I wake up feeling cramped. The feeling stays with me all day while I work to meet a tight deadline. The project manager rushes me. When I hit send I’m at a loss. What’s been accomplished here? The work is anonymous and I don’t know who’s going to read it, if anyone. Too tired for my real work. And now the day is passing like so many others, like smoke in the wind.
I want a drink. Walking to the pub I think of those words by Burroughs that sometimes come back to me, from the book with the corny slang: ‘Kick is seeing things from a special angle. Kick is momentary freedom from the claims of the aging, cautious, nagging, frightened flesh.’ Seductive words. He was talking about drugs, about escaping the prison of the body, the sensory world – until you drop back down and want some more.
As seductive as a preacher, I think as I try to catch the bartender’s eye. Gnostic salvation from the flesh. Irreconcilable duality of elements. Spirit and matter. Soma-sema, body as tomb. Most clear perhaps in Jainism with its separation of body and soul. The body weighs the soul down, roots it in the cycle of birth and death. Most souls stay and are reborn over and over, but through severe ascetic practices some can shed the karmic matter that’s stuck to them from the beginning of time and at the moment of death fly to the top of the universe to live in eternal bliss.
Enough of that. Finish your pint, go home and say something nice to S., feed Rookie, make a good dinner. Don’t let the day pass without a trace.
The moment as a sudden gathering of dispersed time, happening for no good reason, part of no plot.
Bachelard described the poetic instant as a ‘simultaneity in which the most scattered and disunited being achieves unity’. He saw it as an ambivalent moment, both ‘astonishing and familiar’, that breaks up everyday time and gathers its contradictory events: an ecstatic ‘vertical time’ in which ‘being rises or descends without accepting world time, which would inevitably turn ambivalence back into antithesis, simultaneity into succession’. In the instant, he says, ‘flat horizontality suddenly vanishes. Time no longer flows. It spouts’. He also used the image of a sailboat held in balance by the opposing forces of the waves against its hull and the wind in its sail – when this happens, the hull is said to hum.
In amazement we beheld the great horse. It broke through the roof of our room. The cloudy sky was drifting faintly along its mighty outline, and its mane flew, rustling, in the wind.
The hot sun draws all the life out of the earth under a cloudless sky: every weed, grass, flower, insect… The closer you look at this quiet fold of country, the richer and more detailed in life and death it is. The other day S. told me even a biologist probably wouldn’t be able to catalogue in a lifetime all that’s happening even in a small patch of these woods.
Kierkegaard described the moment (øjeblikket, or ‘the glance of an eye’, that is, the moment of seeing) as:
‘not properly an atom of time but an atom of eternity … It is the first reflection of eternity in time, its first attempt, as it were, at stopping time … The moment is that ambiguity in which time and eternity touch each other, and with this the concept of temporality is posited, whereby time constantly intersects eternity and eternity constantly pervades time … The fullness of time is the moment as the eternal, and yet this eternal is also the future and the past.’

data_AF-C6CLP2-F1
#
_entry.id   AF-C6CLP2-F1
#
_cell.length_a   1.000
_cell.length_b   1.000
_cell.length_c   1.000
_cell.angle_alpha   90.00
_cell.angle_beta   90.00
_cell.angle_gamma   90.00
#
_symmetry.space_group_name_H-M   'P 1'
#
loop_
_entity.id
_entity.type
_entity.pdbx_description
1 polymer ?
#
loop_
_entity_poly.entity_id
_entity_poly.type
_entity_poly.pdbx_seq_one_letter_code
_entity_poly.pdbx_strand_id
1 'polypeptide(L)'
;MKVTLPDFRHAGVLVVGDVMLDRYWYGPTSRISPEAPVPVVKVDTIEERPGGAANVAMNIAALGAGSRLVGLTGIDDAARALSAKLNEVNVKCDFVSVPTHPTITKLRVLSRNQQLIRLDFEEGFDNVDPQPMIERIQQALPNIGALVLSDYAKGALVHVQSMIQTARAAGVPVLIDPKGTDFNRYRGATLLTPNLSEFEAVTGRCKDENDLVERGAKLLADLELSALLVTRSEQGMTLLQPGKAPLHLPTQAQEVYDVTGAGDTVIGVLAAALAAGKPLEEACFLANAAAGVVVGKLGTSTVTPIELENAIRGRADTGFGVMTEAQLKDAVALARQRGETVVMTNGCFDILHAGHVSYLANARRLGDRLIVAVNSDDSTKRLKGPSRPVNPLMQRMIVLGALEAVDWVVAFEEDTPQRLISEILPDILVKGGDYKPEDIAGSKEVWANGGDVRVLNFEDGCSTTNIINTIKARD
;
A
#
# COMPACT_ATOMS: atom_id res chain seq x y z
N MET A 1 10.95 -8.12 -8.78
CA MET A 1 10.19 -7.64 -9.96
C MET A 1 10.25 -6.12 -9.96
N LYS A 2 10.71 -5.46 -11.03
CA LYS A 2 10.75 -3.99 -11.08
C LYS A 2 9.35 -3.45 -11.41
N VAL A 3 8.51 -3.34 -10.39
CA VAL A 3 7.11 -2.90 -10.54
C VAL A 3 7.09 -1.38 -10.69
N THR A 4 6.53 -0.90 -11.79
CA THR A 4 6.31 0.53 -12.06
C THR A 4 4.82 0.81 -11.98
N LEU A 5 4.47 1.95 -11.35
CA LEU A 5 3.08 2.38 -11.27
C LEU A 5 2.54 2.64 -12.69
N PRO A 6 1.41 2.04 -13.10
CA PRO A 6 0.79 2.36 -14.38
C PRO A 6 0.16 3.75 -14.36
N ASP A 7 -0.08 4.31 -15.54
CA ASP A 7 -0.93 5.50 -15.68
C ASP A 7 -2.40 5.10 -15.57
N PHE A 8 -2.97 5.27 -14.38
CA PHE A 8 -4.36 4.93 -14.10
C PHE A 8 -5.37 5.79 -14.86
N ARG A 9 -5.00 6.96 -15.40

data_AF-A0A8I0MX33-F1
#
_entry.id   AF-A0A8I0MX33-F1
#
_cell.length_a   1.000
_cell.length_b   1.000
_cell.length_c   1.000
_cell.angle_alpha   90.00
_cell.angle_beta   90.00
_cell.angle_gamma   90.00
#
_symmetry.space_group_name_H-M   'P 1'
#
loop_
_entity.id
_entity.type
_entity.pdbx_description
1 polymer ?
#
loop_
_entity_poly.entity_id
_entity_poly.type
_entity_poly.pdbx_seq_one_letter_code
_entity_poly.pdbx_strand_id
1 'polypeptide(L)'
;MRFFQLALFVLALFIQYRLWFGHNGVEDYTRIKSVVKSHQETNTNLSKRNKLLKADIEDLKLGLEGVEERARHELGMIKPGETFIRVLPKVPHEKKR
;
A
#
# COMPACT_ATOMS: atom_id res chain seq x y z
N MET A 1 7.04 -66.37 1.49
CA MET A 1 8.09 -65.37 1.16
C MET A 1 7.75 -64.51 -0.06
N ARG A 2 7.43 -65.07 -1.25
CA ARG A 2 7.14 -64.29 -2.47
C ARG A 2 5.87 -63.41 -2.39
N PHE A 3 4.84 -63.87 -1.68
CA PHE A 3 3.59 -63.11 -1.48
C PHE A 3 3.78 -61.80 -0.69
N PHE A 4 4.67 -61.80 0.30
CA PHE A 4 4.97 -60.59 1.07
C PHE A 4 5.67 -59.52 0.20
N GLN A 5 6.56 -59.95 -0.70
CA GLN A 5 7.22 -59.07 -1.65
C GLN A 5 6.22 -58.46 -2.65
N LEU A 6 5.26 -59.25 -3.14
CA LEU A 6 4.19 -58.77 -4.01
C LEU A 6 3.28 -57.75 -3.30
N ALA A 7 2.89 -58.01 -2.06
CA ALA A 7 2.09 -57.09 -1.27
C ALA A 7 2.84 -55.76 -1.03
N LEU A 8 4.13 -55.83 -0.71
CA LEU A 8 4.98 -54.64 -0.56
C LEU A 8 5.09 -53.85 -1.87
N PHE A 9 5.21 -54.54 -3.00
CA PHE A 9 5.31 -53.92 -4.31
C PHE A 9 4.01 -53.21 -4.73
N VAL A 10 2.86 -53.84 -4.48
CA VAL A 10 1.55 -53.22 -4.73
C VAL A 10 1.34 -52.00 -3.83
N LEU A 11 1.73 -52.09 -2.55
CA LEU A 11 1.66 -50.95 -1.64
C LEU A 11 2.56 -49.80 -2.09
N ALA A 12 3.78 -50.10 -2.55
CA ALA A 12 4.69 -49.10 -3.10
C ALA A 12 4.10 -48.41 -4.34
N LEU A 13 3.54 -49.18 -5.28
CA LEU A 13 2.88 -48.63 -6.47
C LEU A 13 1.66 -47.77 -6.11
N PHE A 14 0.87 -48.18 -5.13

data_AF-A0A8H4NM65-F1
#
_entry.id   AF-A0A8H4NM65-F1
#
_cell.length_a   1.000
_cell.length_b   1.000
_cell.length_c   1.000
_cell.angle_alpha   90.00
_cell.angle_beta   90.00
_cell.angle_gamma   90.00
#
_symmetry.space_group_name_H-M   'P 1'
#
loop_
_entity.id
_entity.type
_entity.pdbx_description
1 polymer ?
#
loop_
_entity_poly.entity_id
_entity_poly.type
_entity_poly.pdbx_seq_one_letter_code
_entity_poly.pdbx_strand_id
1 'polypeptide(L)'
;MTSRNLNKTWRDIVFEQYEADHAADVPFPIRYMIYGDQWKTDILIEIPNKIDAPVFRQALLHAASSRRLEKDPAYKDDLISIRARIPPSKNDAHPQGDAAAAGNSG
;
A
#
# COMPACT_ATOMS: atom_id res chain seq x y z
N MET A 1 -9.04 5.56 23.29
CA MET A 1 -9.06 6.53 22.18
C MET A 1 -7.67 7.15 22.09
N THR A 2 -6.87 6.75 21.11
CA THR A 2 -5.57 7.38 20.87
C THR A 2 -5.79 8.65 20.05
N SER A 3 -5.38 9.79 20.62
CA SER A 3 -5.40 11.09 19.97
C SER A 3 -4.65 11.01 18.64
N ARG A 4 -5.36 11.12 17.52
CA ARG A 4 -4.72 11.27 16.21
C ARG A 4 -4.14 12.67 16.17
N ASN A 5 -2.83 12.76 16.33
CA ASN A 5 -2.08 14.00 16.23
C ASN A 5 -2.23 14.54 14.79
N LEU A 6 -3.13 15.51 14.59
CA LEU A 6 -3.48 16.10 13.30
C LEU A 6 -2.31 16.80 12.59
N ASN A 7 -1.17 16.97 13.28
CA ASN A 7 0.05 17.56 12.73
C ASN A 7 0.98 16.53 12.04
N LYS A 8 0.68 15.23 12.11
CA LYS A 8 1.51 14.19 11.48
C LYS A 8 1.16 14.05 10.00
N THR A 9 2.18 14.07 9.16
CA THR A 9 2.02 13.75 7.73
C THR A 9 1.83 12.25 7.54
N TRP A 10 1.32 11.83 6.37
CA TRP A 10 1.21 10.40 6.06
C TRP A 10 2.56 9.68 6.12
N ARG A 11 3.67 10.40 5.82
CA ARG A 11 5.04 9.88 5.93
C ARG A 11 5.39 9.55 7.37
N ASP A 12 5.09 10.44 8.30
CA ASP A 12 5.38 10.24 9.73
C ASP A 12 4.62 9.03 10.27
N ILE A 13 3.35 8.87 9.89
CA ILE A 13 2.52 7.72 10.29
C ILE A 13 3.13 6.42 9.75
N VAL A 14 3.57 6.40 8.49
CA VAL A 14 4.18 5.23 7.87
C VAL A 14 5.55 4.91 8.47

Isn’t he right that the eternal can only come into the world through the moment? But what do we know of the eternal?
The moment as both homecoming and an opening to something unthinkable. No matter how often you turn from it, it’s there, at the heart of time – isn’t it first of all the revelation of time itself? And on the other side of the moment, touching its edges? Something infinitely greater, perhaps – the first and last God, which makes the moment, so vast to you, seem like a speck.
If the moment is the fullness of time, it can’t be in time. It can’t simply be a series of nows between past and future, but rather the instant in which time itself is revealed to us, only to withdraw. How to hold this moment as it emerges, as it lets us emerge with it? It’s bigger than us, holds itself in itself, can’t be commanded. How to find it then? How to remain in it? Endure it?
At last a sunny day. Boundless blue sky. The sun no longer ripening anything seems to shine for the sake of it. Quiet happiness again, like an advent.
Some days there seem to be hints of a hidden God everywhere. When I do the dishes, when I walk to the shops, even when I talk to S. A God of intimations, a last God which may or may not come, when all the other gods have passed away… It’s hard to write about.
We can talk about being with some boldness, even stake some claim in it, but how to dare talk about God? Beyond the word God, even beyond being, God withdraws – into God.
Eckhart: ‘Whatever one says that God is, he is not; he is what one does not say of him, rather than what one says he is.’ And: ‘God is a being beyond being and a nothingness beyond being. God is nothing. No thing. God is nothingness. And yet God is something.’
We stand before the opacity of the world and the nothingness of God and see that we’re not at home. We can say nothing worthy of God – if we deign to believe – but we can try however clumsily with the words that are given to us and some truth may be given to us in our approach.
I remember those summer afternoons in the dim musty chapel. The impersonal light through the stained-glass window. I felt an overfacing power and I felt it withdraw. What they used to call faith, blooming out of nothing.